Grave Peril by Jim Butcher: Audio Book Review

Grave Peril by Jim Butcher
Title: Grave Peril
Author: Jim Butcher (Reader: James Marsters)
Publisher: Buzzy Multimedia Publishing Corp.
Publication Date: June 2009
Length: 11 hr 59 min (378 pages)
Series: The Dresden Files (#3)
Audio or Book: Audio
Reason for Discovery: the Internet

From GoodReads:

Harry Dresden has faced some pretty terrifying foes during his career. Giant scorpions. Oversexed vampires. Psychotic werewolves. It comes with the territory when you're the only professional wizard in the Chicago-area phone book.

But in all Harry's years of supernatural sleuthing, he's never faced anything like this: The spirit world has gone postal. All over Chicago, ghosts are causing trouble - and not just of the door-slamming, boo-shouting variety. These ghosts are tormented, violent, and deadly. Someone - or something - is purposely stirring them up to wreak unearthly havoc. But why? And why do so many of the victims have ties to Harry? If Harry doesn't figure it out soon, he could wind up a ghost himself.

Yea for a blurb that discusses the story! :) 

I have several friends who love The Dresden Files and after much discussion and persuasion, I agreed to give the series a go. I have to admit that I am not loving the series so far; however, I was warned that the series doesn't pick up until book five. ::sigh:: 

Let's talk about what I enjoyed. I love ghost stories. I am a sucker for a tale about a haunting and ghosts needing to find peace. Grave Peril gave me this in droves. Fool Moon was fun but I don't like werewolves nearly as much as I like ghosts. Also, this book did not involve the police as much as the previous books. I thought this was a bit refreshing. I like Murphy and the other cops, but I find it tiring to have Dresden hanging out with people who don't believe in magic all of the time. I just want him to do magic already! Another thing that I enjoyed about this book was that he didn't withhold as much information from other people as he did in the first two books. In Storm Front and Fool Moon, Dresden purposely chose to withhold information from people in an effort to protect people. Unfortunately for him, all this did was cause more trouble. Dresden does continue to engage in this behavior in this book, but he does it to a lesser extent. I was happy not to listen to Dresden pat himself on the back for being a noble guy for refusing to tell someone "X" even though he didn't bother to ask why the person needed the information. 

Although I enjoyed Grave Peril more than the first two books in The Dresden Files, I found that this book still suffered from some problems. First and most importantly, the pacing seemed off. Some scenes felt really short and a handful of scenes were really, really long. I found myself listening to the same scene when I was getting ready for work, when I was driving to work, when I was coming home from work, and when I was doing chores around the house later that day. A second problem I had with this book was that Butcher would shift to the present, the past, and dreams fairly quickly. If I was reading the print book, I am sure that this would not have been a problem; however, when I was listening to the audio book sometimes I didn't realize that we had moved. Finally, I must admit that I am getting a bit tired of how the female characters are written in this series. The Dresden Files does fit into the noir category a bit, so I have to give it a bit of a pass though. The female characters aren't bad; they are just a bit too cookie cutter for a noir novel.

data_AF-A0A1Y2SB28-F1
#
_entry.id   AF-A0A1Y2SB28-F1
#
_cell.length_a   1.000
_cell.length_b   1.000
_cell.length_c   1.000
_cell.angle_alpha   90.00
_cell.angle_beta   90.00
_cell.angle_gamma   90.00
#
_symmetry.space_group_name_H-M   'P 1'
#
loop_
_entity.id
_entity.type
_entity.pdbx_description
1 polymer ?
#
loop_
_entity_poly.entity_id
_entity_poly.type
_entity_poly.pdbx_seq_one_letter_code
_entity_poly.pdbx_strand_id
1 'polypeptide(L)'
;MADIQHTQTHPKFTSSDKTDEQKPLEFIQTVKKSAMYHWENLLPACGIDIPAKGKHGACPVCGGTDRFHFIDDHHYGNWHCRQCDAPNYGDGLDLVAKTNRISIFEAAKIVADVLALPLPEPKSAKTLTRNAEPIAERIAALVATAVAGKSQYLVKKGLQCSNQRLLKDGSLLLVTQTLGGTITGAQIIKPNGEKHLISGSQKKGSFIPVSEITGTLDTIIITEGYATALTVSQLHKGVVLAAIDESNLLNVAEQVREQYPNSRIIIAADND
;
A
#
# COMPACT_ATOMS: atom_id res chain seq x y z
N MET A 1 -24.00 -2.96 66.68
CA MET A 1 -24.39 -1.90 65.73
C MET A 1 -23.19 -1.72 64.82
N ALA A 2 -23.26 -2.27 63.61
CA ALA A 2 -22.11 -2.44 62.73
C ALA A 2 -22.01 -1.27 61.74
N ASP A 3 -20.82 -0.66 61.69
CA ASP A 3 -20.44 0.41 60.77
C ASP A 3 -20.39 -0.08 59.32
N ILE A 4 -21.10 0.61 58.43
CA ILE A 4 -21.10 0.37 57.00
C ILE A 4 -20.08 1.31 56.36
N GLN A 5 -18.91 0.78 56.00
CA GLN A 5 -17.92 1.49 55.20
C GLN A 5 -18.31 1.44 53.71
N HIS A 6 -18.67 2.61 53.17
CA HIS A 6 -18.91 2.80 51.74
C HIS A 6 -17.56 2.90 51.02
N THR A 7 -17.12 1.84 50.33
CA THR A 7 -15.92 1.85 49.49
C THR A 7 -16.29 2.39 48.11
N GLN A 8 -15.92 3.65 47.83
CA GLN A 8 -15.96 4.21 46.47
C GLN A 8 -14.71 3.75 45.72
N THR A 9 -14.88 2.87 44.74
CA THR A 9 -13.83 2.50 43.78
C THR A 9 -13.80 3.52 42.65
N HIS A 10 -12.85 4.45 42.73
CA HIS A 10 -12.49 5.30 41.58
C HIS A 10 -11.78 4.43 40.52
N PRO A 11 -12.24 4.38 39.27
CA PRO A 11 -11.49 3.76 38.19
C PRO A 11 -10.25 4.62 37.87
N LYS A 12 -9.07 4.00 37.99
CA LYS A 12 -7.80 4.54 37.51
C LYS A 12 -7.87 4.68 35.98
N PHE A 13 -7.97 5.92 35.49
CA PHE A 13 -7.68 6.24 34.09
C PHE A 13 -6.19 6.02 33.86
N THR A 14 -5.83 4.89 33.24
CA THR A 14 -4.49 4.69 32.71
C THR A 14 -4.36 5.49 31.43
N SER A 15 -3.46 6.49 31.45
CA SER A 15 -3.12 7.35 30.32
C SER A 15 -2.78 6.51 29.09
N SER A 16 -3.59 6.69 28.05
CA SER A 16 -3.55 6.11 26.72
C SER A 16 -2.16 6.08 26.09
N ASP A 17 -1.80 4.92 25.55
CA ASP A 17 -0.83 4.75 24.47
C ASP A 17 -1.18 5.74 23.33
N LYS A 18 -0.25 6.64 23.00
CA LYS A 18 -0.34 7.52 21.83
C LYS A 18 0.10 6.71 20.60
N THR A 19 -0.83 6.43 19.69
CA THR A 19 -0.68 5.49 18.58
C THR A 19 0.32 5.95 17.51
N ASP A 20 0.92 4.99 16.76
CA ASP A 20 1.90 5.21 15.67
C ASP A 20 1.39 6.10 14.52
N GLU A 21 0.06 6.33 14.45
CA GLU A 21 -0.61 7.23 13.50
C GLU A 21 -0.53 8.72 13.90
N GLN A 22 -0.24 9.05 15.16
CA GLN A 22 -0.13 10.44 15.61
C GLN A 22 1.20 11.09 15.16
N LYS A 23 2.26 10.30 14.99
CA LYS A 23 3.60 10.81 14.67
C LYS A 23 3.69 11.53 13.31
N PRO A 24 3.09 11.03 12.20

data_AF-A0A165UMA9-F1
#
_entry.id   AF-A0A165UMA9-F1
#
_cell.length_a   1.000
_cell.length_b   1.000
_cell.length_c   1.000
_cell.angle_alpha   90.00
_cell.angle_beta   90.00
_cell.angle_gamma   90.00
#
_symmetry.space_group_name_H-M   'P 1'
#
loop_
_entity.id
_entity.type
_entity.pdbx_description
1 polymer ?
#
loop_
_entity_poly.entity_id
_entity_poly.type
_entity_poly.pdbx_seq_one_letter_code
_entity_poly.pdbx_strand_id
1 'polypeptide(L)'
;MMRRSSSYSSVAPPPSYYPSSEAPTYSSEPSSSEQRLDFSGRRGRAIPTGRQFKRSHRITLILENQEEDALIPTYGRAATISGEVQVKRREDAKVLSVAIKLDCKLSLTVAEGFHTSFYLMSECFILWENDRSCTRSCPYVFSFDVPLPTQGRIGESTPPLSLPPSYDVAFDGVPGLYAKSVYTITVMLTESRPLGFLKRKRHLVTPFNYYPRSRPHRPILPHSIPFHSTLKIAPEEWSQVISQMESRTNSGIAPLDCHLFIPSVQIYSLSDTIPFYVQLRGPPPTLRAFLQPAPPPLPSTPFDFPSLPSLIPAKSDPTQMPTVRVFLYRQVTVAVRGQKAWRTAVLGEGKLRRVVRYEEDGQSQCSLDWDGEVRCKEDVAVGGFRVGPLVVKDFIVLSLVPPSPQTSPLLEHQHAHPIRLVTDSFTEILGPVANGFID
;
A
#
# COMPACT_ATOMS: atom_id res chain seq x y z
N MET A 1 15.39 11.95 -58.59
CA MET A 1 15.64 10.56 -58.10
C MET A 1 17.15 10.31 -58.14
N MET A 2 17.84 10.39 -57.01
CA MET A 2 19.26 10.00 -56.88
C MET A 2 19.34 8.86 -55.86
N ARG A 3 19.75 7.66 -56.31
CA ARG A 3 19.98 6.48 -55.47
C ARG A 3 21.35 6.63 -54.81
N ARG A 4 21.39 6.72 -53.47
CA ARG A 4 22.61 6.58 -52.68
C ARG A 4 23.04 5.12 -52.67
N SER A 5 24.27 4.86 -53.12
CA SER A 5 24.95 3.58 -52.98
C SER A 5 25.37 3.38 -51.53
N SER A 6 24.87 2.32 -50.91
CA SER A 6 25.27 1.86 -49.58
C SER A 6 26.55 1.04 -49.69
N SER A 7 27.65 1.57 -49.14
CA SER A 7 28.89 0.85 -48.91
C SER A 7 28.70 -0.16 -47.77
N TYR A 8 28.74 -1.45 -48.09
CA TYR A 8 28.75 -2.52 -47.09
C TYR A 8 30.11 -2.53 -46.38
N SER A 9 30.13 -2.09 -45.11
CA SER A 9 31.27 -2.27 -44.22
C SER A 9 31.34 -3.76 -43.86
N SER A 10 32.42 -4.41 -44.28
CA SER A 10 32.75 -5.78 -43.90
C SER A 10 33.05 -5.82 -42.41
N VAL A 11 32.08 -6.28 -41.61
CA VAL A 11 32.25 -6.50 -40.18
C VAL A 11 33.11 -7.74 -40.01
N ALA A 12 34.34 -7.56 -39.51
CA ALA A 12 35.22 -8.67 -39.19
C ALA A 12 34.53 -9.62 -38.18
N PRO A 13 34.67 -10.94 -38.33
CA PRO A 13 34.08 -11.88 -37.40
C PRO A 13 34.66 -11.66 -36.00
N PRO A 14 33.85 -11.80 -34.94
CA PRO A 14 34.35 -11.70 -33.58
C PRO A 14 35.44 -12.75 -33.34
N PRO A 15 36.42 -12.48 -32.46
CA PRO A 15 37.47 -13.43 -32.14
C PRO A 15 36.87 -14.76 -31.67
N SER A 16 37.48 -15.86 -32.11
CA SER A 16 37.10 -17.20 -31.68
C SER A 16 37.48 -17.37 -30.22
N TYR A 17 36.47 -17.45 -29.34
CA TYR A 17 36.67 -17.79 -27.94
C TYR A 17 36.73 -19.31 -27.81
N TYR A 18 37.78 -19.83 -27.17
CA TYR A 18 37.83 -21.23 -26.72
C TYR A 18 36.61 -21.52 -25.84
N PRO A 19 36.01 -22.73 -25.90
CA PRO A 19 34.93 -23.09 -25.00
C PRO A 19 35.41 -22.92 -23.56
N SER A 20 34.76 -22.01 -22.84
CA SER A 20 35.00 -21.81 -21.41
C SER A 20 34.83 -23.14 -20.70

Audio: Although I am a bit iffy about this series still, James Marsters does a great job as the reader. His gruff voice works really well for Dresden and this noir-esque, urban fantasy, mystery series. Marster's pacing and tone is great. He is a little too quiet at times, but this shouldn't bother the average listener. I don't have an auxiliary hookup in my car, so when I listen to audio books in my car, I listen to them with my cellphone's volume cranked up. When I listen to The Dresden Files, I sometimes have trouble hearing Marsters, if there is a lot of noise outside. If you are considering reading The Dresden Files, I definitely recommend the audio books. 

Overall, Grave Peril was a fine addition to The Dresden Files. To be honest, this book doesn't make me want to pick up the next book tomorrow, but this book also doesn't make me want to stop reading the series. I am going to keep trucking with this series until I get through book five, and then I am going to re-evaluate. 

I give this book a 3 out of 5.  

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